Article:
The U.S. government has been adamant in defense of its data collection activities and has pushed back against internet companies attempts to paint it as draconian or worse. The government waited for applause with the passing of the USA Freedom Act. After all, this was to be the bill which would derail some of the NSA’s domestic spying initiatives. Unfortunately, the bill was so diluted right before it passed the House that many of the tech companies dropped their support for the legislation right before its passage. As the bill now heads for the Senate, companies are ramping up efforts to get that body to put some teeth into the legislation.
In that vein, Microsoft is stepping up its campaign to get the NSA to reform its surveillance practices. That it coincides with the one-year anniversary of Edward Snowden’s revelations is no accident. The NSA’s PRISM program has been sticking in the craw of the tech companies and the privacy loving public for too long. Their pleas for changes to the system of bulk data gathering and how the responses are reported is at the heart of the most recent effort by Microsoft to get the agency to reform its practices.
In a blog post from its general counsel, Brad Smith, he points out that the parties have “unfinished business” and warned that the government backed activities are undermining and destabilizing the IT industry. He characterized the atmosphere as one which has created a “technology trust deficit.”
“We learned that the government was not just seeking a relatively small amount of content from internet companies via legal orders. It’s now apparent that the government intercepted data in transit across the internet and hacked links between company data centers. These disclosures have rightly prompted a vigorous debate over the scope of government surveillance, leading to some positive changes. But much more needs to be done.”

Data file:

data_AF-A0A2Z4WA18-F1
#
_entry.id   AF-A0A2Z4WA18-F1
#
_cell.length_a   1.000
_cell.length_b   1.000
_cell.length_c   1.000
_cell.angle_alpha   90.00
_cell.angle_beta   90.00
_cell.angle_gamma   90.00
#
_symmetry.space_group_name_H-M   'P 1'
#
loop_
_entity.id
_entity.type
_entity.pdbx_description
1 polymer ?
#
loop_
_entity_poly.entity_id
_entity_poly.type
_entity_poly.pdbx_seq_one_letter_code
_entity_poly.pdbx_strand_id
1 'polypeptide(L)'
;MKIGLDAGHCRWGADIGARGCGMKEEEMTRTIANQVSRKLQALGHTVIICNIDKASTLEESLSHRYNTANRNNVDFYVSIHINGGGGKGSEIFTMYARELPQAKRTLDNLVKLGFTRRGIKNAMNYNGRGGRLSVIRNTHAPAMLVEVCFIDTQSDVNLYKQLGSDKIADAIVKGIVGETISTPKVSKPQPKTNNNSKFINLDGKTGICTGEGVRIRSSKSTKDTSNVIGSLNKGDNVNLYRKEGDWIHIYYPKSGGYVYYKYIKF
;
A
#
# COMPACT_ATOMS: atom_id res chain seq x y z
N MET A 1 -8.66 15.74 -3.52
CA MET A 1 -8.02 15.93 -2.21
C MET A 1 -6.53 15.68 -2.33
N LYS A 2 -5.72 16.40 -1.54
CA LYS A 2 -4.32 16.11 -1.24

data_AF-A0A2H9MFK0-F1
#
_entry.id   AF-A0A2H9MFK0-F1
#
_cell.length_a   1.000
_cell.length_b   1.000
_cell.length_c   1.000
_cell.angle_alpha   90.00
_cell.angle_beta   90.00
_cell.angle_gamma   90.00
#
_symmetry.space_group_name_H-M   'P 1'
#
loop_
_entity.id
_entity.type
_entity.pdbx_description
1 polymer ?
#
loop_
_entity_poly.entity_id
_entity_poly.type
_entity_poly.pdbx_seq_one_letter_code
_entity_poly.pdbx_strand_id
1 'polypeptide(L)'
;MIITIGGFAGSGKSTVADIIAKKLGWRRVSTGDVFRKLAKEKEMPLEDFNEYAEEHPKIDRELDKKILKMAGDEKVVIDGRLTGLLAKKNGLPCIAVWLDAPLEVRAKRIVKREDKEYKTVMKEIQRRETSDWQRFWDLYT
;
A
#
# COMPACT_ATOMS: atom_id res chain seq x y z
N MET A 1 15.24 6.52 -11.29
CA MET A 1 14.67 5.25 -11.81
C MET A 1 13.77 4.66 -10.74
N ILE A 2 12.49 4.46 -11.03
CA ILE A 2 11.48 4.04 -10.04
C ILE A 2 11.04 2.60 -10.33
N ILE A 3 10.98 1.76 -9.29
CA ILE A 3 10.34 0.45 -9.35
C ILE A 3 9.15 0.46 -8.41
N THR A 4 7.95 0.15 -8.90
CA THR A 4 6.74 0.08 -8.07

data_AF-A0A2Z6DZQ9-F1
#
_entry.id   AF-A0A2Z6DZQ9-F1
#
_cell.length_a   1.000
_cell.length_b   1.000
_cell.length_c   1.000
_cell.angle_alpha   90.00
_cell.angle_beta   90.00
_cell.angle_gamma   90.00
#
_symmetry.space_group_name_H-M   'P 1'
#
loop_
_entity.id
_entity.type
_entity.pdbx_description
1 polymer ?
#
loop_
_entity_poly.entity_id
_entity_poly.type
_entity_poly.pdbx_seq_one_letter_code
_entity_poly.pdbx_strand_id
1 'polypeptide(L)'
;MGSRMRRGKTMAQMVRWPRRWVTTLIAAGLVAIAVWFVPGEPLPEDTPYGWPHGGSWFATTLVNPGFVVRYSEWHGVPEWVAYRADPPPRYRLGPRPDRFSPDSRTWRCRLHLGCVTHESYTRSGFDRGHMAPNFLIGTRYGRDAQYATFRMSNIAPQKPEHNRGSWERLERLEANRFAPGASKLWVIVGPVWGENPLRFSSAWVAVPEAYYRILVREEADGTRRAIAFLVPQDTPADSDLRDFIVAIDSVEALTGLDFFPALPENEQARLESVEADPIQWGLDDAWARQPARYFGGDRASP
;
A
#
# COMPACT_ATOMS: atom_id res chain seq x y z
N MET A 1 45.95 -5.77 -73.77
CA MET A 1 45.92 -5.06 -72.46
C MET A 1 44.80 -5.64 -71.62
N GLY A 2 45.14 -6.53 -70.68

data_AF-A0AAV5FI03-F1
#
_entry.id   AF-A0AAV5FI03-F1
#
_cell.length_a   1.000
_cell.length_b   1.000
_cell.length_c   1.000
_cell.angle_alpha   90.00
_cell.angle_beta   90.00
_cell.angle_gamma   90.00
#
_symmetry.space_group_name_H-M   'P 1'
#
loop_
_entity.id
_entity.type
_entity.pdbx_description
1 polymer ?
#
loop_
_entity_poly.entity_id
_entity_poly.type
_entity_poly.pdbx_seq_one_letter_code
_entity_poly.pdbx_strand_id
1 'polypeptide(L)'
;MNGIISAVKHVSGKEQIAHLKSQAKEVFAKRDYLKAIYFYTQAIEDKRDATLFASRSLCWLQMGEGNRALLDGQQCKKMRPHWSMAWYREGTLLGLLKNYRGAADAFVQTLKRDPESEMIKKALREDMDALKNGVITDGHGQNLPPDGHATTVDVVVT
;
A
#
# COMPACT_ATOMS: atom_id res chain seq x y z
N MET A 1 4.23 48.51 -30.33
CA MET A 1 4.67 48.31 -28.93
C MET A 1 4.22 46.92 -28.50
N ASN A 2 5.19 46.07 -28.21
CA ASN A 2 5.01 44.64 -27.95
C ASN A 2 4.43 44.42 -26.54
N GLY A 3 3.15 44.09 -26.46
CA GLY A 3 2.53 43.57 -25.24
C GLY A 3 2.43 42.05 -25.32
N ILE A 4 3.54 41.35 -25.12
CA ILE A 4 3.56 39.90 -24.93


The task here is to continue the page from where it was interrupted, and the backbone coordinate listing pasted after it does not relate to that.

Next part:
We reported in recent blogs how the tech giants have already wound down their pliant, cooperative behaviour with law enforcement agencies. One thing that Smith suggests is that the NSA stop leaning on tech companies at home and abroad. “We need to strike a better balance between privacy and national security to restore trust and uphold our fundamental liberties,” he said.
The industry leaders are not relying on just rhetoric to address the problem. Some are taking new steps to regain and hold the technological advantage. Google, Facebook, and Yahoo have joined with Microsoft in encrypting more data as it moves along its servers and helping customers encode their own emails. Their so-called Perfect Forward Secrecy is specifically designed to make it more labor intensive for the NSA to read encrypted communications. Microsoft is now fully encrypting all its products including Hotmail and Outlook.com. By year’s end it will have used 2,048-bit encryption to strengthen its infrastructure which would take the government far longer to crack. Google is going so far as to lay its own fiber-optic cable under the world’s oceans to assure that the company will have more control over the movement of its customer data.
The government’s reaction has been predictable, falling back on the national security theme and typical scare tactics. Robert S. Litt, the general counsel of the Office of the Director of National Intelligence, which oversees all 17 American spy agencies, said last week that it was “an unquestionable loss for our nation that companies are losing the willingness to cooperate legally and voluntarily” with American spy agencies. And he naturally predicted that “sooner or later there will be some intelligence failure and people will wonder why the intelligence agencies were not able to protect the nation.”
The industry response is that if that happens, it will be the government’s own fault. For in their quest for broad data collection, they have undermined internet security for all.